Major snowstorm causes travel headaches across Ontario
A major snowstorm sweeping through parts of southern and eastern Ontario is putting a wrench in travel plans for many residents hoping to get away for the holidays.
Toronto's Pearson International Airport listed hundreds of flight delays and cancellations as the storm tightened its grip on southern Ontario Friday. At least 300 flights were cancelled and many others were delayed, on what is considered one of the busiest travel days of the holiday season.
The cancellations and delays in Toronto were also felt at Ottawa's Macdonald-Cartier International Airport.
"If an aircraft cannot get from Toronto, to say Ottawa, then it won't be able to leave to go on to its next destination, which could be really anywhere," said Krista Kealey of the Ottawa International Airport Authority.
"Once those kinds of situations happen, it takes a while, even when the weather ends or when the event ends, to get schedules back on track."
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Meanwhile, many travellers at Ottawa's airport were anxious as they waited to find out if they would be able to fly out of the capital.
"It's been delayed, cancelled. Next flight -- delayed, cancelled," said Jose Salamanca, who was scheduled to fly to Mexico.
"I was trying to get to Toronto and then from Toronto, Frankfurt, but the flight got cancelled," added passenger Simon Hecker.
"We've been delayed by an hour-and-a-half, so far. That's all we know right now. We're not flying out until 6:30 p.m., so we got here in plenty of time," Carolyn Kotva told CTV Ottawa Friday afternoon.
Air Canada travellers can re-book flights
Air Canada has issued an advisory notifying travellers who were flying out of Pearson on Friday that they can re-book their flights without paying a penalty.
Air Canada spokesperson Peter Fitzpatrick told The Canadian Press the airline added flights to accommodate the high travel volume during the holidays, and will aim to get delayed passengers to their destinations within 24 hours.
Meanwhile, Via Rail says it will deal with an increase in train travellers by putting every available car on the tracks Friday afternoon for trains heading to Windsor, Ottawa and Montreal.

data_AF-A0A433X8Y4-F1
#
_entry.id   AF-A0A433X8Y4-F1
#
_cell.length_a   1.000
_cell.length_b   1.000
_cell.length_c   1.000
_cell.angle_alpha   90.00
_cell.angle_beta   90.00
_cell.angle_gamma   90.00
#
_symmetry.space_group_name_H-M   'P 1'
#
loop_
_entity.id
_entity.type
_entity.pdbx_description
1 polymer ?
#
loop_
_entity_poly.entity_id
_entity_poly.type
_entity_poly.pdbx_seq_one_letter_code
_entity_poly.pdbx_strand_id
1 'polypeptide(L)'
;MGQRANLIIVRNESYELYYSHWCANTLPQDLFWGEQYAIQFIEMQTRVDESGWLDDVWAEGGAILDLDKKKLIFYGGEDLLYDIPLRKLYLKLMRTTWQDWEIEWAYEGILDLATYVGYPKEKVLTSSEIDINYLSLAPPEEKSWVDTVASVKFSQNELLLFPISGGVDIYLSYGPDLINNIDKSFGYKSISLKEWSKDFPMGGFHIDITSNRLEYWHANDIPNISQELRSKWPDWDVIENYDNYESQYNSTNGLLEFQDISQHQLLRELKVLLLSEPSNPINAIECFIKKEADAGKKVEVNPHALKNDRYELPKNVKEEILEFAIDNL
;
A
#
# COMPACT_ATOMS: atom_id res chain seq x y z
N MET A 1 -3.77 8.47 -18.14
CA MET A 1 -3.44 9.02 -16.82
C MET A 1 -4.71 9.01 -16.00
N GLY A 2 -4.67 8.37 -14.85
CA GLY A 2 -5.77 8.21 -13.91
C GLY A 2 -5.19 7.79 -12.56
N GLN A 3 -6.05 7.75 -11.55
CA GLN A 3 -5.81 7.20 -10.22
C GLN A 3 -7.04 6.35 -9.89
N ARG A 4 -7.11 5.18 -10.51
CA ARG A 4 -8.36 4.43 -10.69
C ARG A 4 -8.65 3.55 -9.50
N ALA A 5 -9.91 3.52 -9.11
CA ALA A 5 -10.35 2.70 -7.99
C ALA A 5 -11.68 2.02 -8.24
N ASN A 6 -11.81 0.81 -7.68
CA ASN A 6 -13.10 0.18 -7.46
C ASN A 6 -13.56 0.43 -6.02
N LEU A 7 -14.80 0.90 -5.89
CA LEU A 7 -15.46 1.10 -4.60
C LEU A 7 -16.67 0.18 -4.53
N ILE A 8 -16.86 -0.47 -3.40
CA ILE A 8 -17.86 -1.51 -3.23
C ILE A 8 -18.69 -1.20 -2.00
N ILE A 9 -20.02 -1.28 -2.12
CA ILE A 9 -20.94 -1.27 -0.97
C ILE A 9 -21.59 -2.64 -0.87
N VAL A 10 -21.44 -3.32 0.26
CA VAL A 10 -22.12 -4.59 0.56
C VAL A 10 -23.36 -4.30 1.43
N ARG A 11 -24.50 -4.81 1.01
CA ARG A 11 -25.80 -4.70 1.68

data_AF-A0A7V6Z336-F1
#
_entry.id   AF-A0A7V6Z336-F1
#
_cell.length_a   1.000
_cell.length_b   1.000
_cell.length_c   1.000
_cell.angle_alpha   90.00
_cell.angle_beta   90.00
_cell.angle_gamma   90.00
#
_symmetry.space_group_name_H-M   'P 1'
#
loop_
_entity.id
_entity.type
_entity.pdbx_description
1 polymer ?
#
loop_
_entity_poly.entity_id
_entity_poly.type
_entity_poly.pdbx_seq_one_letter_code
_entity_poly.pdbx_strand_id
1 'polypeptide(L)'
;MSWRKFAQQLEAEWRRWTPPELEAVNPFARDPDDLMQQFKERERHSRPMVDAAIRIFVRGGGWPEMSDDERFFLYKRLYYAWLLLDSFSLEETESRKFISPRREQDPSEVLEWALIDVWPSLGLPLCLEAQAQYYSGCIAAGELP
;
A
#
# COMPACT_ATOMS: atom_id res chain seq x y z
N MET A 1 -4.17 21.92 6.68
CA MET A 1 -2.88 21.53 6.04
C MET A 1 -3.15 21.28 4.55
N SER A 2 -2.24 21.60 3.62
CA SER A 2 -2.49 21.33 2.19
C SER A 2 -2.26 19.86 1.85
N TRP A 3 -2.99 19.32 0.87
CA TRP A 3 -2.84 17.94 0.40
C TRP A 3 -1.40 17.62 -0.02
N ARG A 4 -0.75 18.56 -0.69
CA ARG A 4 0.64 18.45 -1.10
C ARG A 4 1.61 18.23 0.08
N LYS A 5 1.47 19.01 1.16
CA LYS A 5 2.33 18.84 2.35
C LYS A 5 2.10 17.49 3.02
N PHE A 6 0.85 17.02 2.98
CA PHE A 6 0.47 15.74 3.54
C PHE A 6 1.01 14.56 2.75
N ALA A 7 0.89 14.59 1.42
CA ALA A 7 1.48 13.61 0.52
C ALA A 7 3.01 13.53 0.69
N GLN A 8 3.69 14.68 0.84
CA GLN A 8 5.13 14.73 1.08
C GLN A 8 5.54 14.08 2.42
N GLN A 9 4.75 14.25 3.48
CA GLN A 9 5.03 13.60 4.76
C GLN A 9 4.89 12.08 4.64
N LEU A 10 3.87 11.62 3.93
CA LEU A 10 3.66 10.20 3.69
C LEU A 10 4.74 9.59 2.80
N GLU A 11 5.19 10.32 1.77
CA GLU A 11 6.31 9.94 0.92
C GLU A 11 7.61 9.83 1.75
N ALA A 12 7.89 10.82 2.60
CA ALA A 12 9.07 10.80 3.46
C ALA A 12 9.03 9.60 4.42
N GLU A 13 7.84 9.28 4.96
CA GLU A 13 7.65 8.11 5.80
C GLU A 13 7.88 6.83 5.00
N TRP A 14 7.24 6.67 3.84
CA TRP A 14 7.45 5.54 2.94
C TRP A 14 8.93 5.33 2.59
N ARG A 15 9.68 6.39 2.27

Collisions close highways
On the roadways, portions of at least two highways were closed as a result of collisions Friday.
One series of collisions closed southbound Highway 400 near Aurora, Ont. on Friday morning, although it re-opened after 2 p.m.
At least five people were sent to hospital with serious injuries following that collision, which occurred at about 11 a.m. when a tractor-trailer unit jackknifed. That led to several other vehicles piling into each other, said OPP Sgt. Dave Woodford.
Fifteen others were injured, with 25 vehicles involved in the chain-reaction event, he said. None of the injuries were life-threatening.
Meanwhile, Ontario provincial police also closed westbound lanes of Highway 401 between County Road 4 and County Road 6 near Napanee, Ont. for about one hour while two tractor trailers were removed from the highway.
Winter storm hits parts of Ontario
Winter storm warnings were issued for areas from Windsor in the west through to Kingston in the east on Thursday. The warnings predicted snow accumulations of up to 30 centimetres in areas that will be affected by lake effect snowsqualls. Toronto is expected to get anywhere from 15 to 20 centimetres of the white stuff.
"Snowfall rates of 2 to 4 cm per hour are expected at times as the heaviest areas of snow move through," read a statement on Environment Canada's website.
The statement also warns of whiteout conditions across the region, as snow gets whipped up by winds that could gust up to 60 kilometres per hour.
"We may have to actually plough and shovel the same snowflakes two or three times because the winds are very strong, with whiteout conditions," Environment Canada senior climatologist Dave Phillips said Friday morning on CTV Newsnet.
Second storm expected this weekend
Holiday travellers who were planning to get away over the weekend may also run into trouble, as a second storm system is expected to hit the region on Sunday.
That storm is expected to dump as much snow across southwestern Ontario as the current blizzard. However, unlike Friday's storm, it will also hit the Ottawa region.
With a report from CTV Ottawa's Norman Fetterley and files from The Canadian Press